Guest post by Juan Manuel Pedroza, PhD Candidate in Sociology, Stanford University. Juan is a Graduate Fellow in the Center for Comparative Studies in Race and Ethnicity and a Ford Foundation Predoctoral Research Fellow. This post is the second installment of the Border Criminologies Themed Week on Deportation Threat, Realities, and Practices in the United States organised by Tanya Golash-Boza.

Photo: Chip Somodevilla/Getty
In March 2015, US Immigration and Customs Enforcement’s (ICE) Director Sarah R. Saldaña issued a memo reiterating a commitment to community policing and public safety. The memo follows President Obama’s plans to retire a centerpiece of its enforcement apparatus: Secure Communities. The Department of Homeland Security (DHS) has deported over 400,000 immigrants under Secure Communities since 2008. For years, critics of Secure Communities have pointed out the program deports many people for minor offenses. In response, ICE will end Secure Communities and replace it with the Priority Enforcement Program (PEP). Will PEP be different and more effectively target serious offenses than Secure Communities? In this post, I consider the potential future of US immigration enforcement through this program.
 
Will deportations focus mostly on serious offenses once PEP replaces Secure Communities?
 
Not necessarily. DHS can detain non-citizens for a wide range of offenses. Obama’s announcement doesn’t change the fact that minor offenses can trigger deportation. His plan to extend relief in certain deportation cases could slow the tide, but the formidable deportation capacity of DHS hasn’t changed, nor has the limbo affecting millions without legal status. Only federal reform could steer the course in a different direction.
 
How well does Secure Communities focus on serious offenses?
 
One out of three Secure Communities deportations stems from the most serious class of offenses (e.g., homicide, sexual assault, major drug crimes, and other offences). The rest are lower-level priorities, including 3.7% for administrative violations. To live up to its name, PEP should target serious, top priority offenses. What if DHS aims to continue a record-setting pace of deportations? It’s likely that PEP could continue fueling a large volume of deportations for arrests involving lower-level offenses.
 
Not all states have the same reputation when it comes to immigration. Does being a more welcoming or hostile state matter for deportations?
 
Absolutely. Among US citizens, we know location can affect how someone is treated by the criminal justice system. We call this phenomenon ‘justice by geography’ because the outcome can hinge on where the case is decided. Deportations are no exception. In some states, less than one in four deportations under Secure Communities are tied to top priority offenses. In an analysis of deportation measures, I found key states on the border (Arizona, California, and Texas) and the southeast (the Carolinas, Tennessee, and Virginia) report more punitive outcomes for non-citizens under arrest than other states—even after accounting for other factors. New York, Florida, and Illinois are consistently more lenient.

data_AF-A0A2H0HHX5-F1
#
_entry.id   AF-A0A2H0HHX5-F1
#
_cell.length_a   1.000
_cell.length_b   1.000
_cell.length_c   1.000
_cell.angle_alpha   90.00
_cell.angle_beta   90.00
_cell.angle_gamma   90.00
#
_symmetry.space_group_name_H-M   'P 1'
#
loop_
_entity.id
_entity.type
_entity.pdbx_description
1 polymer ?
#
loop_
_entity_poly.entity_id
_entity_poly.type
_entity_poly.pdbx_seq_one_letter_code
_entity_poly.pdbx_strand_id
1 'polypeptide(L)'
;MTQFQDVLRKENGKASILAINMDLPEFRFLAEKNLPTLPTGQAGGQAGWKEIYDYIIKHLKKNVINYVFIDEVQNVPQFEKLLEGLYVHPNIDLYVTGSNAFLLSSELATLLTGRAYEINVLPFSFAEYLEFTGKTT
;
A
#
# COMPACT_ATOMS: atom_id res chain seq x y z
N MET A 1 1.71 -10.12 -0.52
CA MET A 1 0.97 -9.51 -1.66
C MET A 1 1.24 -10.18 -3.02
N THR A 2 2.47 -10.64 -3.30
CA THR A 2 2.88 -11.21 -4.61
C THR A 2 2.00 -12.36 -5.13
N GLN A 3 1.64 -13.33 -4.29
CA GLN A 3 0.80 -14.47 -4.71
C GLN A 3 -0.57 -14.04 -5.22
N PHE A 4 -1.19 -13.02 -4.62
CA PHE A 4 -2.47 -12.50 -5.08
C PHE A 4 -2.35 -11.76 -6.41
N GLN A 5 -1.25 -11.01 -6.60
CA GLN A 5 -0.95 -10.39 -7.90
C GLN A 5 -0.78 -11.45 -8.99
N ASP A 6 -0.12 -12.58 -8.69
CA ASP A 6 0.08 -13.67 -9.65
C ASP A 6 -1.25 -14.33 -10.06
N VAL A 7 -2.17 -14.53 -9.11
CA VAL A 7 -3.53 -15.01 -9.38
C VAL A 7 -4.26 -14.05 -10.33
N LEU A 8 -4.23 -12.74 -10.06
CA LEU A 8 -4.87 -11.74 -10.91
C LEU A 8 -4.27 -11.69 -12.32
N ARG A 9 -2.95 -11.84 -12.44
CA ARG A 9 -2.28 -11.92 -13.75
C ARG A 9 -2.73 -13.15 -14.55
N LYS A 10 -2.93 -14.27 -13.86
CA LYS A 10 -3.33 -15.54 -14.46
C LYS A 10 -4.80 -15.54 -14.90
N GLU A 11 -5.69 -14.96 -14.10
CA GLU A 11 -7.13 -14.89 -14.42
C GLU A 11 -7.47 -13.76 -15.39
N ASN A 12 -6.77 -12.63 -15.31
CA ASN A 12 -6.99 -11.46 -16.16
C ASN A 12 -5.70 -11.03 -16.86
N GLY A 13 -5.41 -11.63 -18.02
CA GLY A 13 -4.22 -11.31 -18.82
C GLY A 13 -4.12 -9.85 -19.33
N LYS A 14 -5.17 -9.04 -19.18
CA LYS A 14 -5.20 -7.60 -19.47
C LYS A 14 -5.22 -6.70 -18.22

Has Secure Communities gotten better at focusing on serious offenses?
 
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Slightly, but there are no guarantees about the future. There’s initial evidence DHS can better target its resources on top priority offenses, but it takes organized action to make it happen. By the summer of 2013, Secure Communities had drawn a wave of criticism. In response, DHS officials reiterated a long-standing (but often overlooked) goal to focus on top priority offenses. What happened after the mounting pressure? Since June 2013, the proportion of Secure Communities deportations tied to top priority offenses went up, slightly, to 40% of all deportations (up from 30% in the four years prior). It’s a start, but the slow momentum can unravel―especially if (a) PEP proves to be a change in name only and (b) relief from deportation becomes limited to special cases.
 
Themed Week on Deportation Threat, Realities, and Practices in the United States:
 

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How to cite this blog post (Harvard style):

Pedroza, J.M. (2015) US Immigration Enforcement at a Crossroads: What Can we Learn from the ‘Secure Communities’ Program? Available at: http://bordercriminologies.law.ox.ac.uk/us-immigration-enforcement-at-a-crossroads/ (Accessed [date]).